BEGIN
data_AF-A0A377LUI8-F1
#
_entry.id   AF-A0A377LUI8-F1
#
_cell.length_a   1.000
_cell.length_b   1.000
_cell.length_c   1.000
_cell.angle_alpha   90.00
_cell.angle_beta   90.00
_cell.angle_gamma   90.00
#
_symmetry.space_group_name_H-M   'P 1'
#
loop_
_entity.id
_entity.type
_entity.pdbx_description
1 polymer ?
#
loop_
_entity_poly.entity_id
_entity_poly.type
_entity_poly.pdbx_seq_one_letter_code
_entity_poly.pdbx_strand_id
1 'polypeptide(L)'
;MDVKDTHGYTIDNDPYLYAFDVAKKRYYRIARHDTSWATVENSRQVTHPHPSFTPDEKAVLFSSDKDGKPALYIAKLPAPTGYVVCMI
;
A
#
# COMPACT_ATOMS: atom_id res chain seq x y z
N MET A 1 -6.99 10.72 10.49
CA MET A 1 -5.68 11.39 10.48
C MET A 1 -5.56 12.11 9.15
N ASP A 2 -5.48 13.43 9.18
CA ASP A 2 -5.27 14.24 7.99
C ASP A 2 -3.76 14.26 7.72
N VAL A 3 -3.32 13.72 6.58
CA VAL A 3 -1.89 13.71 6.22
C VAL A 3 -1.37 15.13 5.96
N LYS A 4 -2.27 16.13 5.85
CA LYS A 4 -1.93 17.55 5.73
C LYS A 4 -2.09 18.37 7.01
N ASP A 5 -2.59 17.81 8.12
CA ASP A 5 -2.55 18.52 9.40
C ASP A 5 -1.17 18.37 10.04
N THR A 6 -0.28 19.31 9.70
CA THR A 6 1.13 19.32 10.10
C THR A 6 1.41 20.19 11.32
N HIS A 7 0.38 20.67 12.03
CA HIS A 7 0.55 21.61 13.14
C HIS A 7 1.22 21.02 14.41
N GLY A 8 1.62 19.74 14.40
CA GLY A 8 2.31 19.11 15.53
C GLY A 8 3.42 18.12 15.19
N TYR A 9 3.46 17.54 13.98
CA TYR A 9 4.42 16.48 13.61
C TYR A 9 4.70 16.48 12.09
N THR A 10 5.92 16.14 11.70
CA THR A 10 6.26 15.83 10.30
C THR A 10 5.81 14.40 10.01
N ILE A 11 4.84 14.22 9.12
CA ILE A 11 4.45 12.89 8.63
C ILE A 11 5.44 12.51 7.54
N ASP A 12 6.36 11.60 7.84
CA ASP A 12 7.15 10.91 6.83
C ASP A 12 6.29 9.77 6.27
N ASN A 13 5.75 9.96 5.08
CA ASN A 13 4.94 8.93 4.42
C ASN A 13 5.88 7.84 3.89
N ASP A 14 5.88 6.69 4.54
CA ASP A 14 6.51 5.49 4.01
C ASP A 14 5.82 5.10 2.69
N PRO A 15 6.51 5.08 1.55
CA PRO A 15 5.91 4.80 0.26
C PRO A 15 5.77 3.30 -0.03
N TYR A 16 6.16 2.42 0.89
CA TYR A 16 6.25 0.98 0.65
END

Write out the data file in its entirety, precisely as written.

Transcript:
data_AF-A0A377LUI8-F1
#
_entry.id   AF-A0A377LUI8-F1
#
_cell.length_a   1.000
_cell.length_b   1.000
_cell.length_c   1.000
_cell.angle_alpha   90.00
_cell.angle_beta   90.00
_cell.angle_gamma   90.00
#
_symmetry.space_group_name_H-M   'P 1'
#
loop_
_entity.id
_entity.type
_entity.pdbx_description
1 polymer ?
#
loop_
_entity_poly.entity_id
_entity_poly.type
_entity_poly.pdbx_seq_one_letter_code
_entity_poly.pdbx_strand_id
1 'polypeptide(L)'
;MDVKDTHGYTIDNDPYLYAFDVAKKRYYRIARHDTSWATVENSRQVTHPHPSFTPDEKAVLFSSDKDGKPALYIAKLPAPTGYVVCMI
;
A
#
# COMPACT_ATOMS: atom_id res chain seq x y z
N MET A 1 -6.99 10.72 10.49
CA MET A 1 -5.68 11.39 10.48
C MET A 1 -5.56 12.11 9.15
N ASP A 2 -5.48 13.43 9.18
CA ASP A 2 -5.27 14.24 7.99
C ASP A 2 -3.76 14.26 7.72
N VAL A 3 -3.32 13.72 6.58
CA VAL A 3 -1.89 13.71 6.22
C VAL A 3 -1.37 15.13 5.96
N LYS A 4 -2.27 16.13 5.85
CA LYS A 4 -1.93 17.55 5.73
C LYS A 4 -2.09 18.37 7.01
N ASP A 5 -2.59 17.81 8.12
CA ASP A 5 -2.55 18.52 9.40
C ASP A 5 -1.17 18.37 10.04
N THR A 6 -0.28 19.31 9.70
CA THR A 6 1.13 19.32 10.10
C THR A 6 1.41 20.19 11.32
N HIS A 7 0.38 20.67 12.03
CA HIS A 7 0.55 21.61 13.14
C HIS A 7 1.22 21.02 14.41
N GLY A 8 1.62 19.74 14.40
CA GLY A 8 2.31 19.11 15.53
C GLY A 8 3.42 18.12 15.19
N TYR A 9 3.46 17.54 13.98
CA TYR A 9 4.42 16.48 13.61
C TYR A 9 4.70 16.48 12.09
N THR A 10 5.92 16.14 11.70
CA THR A 10 6.26 15.83 10.30
C THR A 10 5.81 14.40 10.01
N ILE A 11 4.84 14.22 9.12
CA ILE A 11 4.45 12.89 8.63
C ILE A 11 5.44 12.51 7.54
N ASP A 12 6.36 11.60 7.84
CA ASP A 12 7.15 10.91 6.83
C ASP A 12 6.29 9.77 6.27
N ASN A 13 5.75 9.96 5.08
CA ASN A 13 4.94 8.93 4.42
C ASN A 13 5.88 7.84 3.89
N ASP A 14 5.88 6.69 4.54
CA ASP A 14 6.51 5.49 4.01
C ASP A 14 5.82 5.10 2.69
N PRO A 15 6.51 5.08 1.55
CA PRO A 15 5.91 4.80 0.26
C PRO A 15 5.77 3.30 -0.03
N TYR A 16 6.16 2.42 0.89
CA TYR A 16 6.25 0.98 0.65